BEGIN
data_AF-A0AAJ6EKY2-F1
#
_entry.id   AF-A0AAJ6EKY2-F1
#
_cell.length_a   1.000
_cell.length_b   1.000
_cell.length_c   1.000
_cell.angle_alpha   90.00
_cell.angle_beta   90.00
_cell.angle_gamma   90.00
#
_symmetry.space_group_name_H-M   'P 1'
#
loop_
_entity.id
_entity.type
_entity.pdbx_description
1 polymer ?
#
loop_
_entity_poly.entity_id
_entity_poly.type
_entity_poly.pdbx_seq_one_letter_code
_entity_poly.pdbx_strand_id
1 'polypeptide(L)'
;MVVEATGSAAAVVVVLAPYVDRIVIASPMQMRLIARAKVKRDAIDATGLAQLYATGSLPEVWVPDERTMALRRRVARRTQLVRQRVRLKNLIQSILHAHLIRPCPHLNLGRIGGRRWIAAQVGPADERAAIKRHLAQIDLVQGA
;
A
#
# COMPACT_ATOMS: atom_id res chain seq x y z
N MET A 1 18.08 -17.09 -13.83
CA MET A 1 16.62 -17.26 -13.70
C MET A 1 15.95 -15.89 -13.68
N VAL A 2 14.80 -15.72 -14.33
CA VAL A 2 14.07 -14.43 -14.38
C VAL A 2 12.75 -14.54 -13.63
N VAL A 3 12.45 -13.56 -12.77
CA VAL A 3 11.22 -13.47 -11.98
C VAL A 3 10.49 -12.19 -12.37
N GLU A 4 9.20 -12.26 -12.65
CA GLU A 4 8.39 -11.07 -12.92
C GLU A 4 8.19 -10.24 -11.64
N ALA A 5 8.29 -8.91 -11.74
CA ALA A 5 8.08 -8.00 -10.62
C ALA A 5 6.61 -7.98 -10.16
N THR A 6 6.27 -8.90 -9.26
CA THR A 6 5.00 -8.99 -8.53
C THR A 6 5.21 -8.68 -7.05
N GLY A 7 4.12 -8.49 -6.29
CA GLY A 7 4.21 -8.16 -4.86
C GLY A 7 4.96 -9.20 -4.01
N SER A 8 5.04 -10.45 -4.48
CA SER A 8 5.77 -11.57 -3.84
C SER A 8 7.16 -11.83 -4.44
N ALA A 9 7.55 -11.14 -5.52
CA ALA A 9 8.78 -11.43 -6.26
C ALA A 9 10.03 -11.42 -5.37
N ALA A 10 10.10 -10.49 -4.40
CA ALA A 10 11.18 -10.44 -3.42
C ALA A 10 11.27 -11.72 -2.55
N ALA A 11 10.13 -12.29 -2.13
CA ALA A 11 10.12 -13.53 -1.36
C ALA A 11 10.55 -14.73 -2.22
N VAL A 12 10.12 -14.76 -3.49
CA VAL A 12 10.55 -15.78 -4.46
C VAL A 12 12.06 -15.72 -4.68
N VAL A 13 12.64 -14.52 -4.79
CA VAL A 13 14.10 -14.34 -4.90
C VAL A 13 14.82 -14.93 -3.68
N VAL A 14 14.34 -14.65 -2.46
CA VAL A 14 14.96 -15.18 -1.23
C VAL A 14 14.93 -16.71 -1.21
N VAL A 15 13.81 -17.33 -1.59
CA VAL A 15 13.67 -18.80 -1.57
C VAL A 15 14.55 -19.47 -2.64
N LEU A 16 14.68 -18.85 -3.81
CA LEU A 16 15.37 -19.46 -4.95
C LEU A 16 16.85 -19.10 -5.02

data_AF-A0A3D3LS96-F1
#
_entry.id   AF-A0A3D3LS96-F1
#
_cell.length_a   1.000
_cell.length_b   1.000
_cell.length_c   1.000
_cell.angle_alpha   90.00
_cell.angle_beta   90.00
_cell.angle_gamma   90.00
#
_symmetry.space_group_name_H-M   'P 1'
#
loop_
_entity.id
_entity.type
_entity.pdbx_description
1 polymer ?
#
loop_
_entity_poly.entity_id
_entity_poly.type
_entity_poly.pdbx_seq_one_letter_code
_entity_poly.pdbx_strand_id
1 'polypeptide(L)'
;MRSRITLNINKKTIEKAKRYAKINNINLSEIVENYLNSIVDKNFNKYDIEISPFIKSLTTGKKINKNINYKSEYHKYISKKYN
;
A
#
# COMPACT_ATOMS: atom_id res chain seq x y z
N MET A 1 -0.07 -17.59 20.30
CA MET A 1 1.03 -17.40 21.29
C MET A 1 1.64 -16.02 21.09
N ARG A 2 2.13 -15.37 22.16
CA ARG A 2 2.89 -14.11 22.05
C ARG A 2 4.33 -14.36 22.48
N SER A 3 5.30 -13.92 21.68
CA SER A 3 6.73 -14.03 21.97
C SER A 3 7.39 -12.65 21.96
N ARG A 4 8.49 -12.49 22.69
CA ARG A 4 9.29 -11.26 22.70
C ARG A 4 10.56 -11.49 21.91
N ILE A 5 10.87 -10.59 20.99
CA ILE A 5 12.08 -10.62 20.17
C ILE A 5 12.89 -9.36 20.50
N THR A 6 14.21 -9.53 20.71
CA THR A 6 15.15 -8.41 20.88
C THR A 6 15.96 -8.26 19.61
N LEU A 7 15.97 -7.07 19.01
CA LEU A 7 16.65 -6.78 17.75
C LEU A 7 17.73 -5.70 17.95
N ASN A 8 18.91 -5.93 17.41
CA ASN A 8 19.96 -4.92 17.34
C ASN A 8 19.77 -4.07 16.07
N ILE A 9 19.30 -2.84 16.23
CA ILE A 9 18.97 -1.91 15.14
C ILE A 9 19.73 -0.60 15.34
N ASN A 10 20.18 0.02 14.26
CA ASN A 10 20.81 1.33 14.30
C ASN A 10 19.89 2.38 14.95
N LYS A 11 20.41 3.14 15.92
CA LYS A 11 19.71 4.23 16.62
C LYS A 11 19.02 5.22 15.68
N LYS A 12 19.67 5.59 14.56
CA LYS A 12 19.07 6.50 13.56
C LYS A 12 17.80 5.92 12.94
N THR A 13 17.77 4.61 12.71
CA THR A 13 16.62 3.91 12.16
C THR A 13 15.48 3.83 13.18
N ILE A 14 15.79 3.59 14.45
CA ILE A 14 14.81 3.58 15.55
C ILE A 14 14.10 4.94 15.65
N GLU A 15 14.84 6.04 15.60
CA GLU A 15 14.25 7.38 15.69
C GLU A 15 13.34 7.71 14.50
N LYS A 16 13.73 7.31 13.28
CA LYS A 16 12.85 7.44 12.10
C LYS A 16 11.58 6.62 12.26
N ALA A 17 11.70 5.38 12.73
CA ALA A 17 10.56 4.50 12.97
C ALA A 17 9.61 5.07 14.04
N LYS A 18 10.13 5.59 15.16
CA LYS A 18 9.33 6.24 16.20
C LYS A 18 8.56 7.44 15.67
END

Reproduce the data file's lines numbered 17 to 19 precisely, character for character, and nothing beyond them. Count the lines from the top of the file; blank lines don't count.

_entity.pdbx_description
1 polymer ?
#